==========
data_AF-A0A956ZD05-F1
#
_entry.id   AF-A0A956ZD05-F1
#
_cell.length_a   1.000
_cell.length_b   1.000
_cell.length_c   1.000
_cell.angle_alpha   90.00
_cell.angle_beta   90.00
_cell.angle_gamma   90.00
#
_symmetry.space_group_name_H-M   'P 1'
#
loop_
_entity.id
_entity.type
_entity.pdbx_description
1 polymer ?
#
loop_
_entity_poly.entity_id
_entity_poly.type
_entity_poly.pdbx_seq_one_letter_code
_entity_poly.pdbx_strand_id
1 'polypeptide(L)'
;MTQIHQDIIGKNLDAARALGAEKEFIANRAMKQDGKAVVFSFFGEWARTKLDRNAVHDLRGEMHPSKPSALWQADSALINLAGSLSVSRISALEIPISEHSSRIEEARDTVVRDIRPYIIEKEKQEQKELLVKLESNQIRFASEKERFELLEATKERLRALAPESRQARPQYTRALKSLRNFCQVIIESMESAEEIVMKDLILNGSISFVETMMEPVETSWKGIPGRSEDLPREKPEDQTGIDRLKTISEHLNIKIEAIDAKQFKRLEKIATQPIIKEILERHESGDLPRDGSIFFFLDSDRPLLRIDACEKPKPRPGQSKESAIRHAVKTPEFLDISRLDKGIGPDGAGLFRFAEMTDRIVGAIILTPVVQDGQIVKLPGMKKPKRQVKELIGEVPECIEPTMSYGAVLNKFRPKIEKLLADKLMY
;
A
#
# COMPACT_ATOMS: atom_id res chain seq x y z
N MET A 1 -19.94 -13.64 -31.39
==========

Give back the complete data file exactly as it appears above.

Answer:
data_AF-A0A956ZD05-F1
#
_entry.id   AF-A0A956ZD05-F1
#
_cell.length_a   1.000
_cell.length_b   1.000
_cell.length_c   1.000
_cell.angle_alpha   90.00
_cell.angle_beta   90.00
_cell.angle_gamma   90.00
#
_symmetry.space_group_name_H-M   'P 1'
#
loop_
_entity.id
_entity.type
_entity.pdbx_description
1 polymer ?
#
loop_
_entity_poly.entity_id
_entity_poly.type
_entity_poly.pdbx_seq_one_letter_code
_entity_poly.pdbx_strand_id
1 'polypeptide(L)'
;MTQIHQDIIGKNLDAARALGAEKEFIANRAMKQDGKAVVFSFFGEWARTKLDRNAVHDLRGEMHPSKPSALWQADSALINLAGSLSVSRISALEIPISEHSSRIEEARDTVVRDIRPYIIEKEKQEQKELLVKLESNQIRFASEKERFELLEATKERLRALAPESRQARPQYTRALKSLRNFCQVIIESMESAEEIVMKDLILNGSISFVETMMEPVETSWKGIPGRSEDLPREKPEDQTGIDRLKTISEHLNIKIEAIDAKQFKRLEKIATQPIIKEILERHESGDLPRDGSIFFFLDSDRPLLRIDACEKPKPRPGQSKESAIRHAVKTPEFLDISRLDKGIGPDGAGLFRFAEMTDRIVGAIILTPVVQDGQIVKLPGMKKPKRQVKELIGEVPECIEPTMSYGAVLNKFRPKIEKLLADKLMY
;
A
#
# COMPACT_ATOMS: atom_id res chain seq x y z
N MET A 1 -19.94 -13.64 -31.39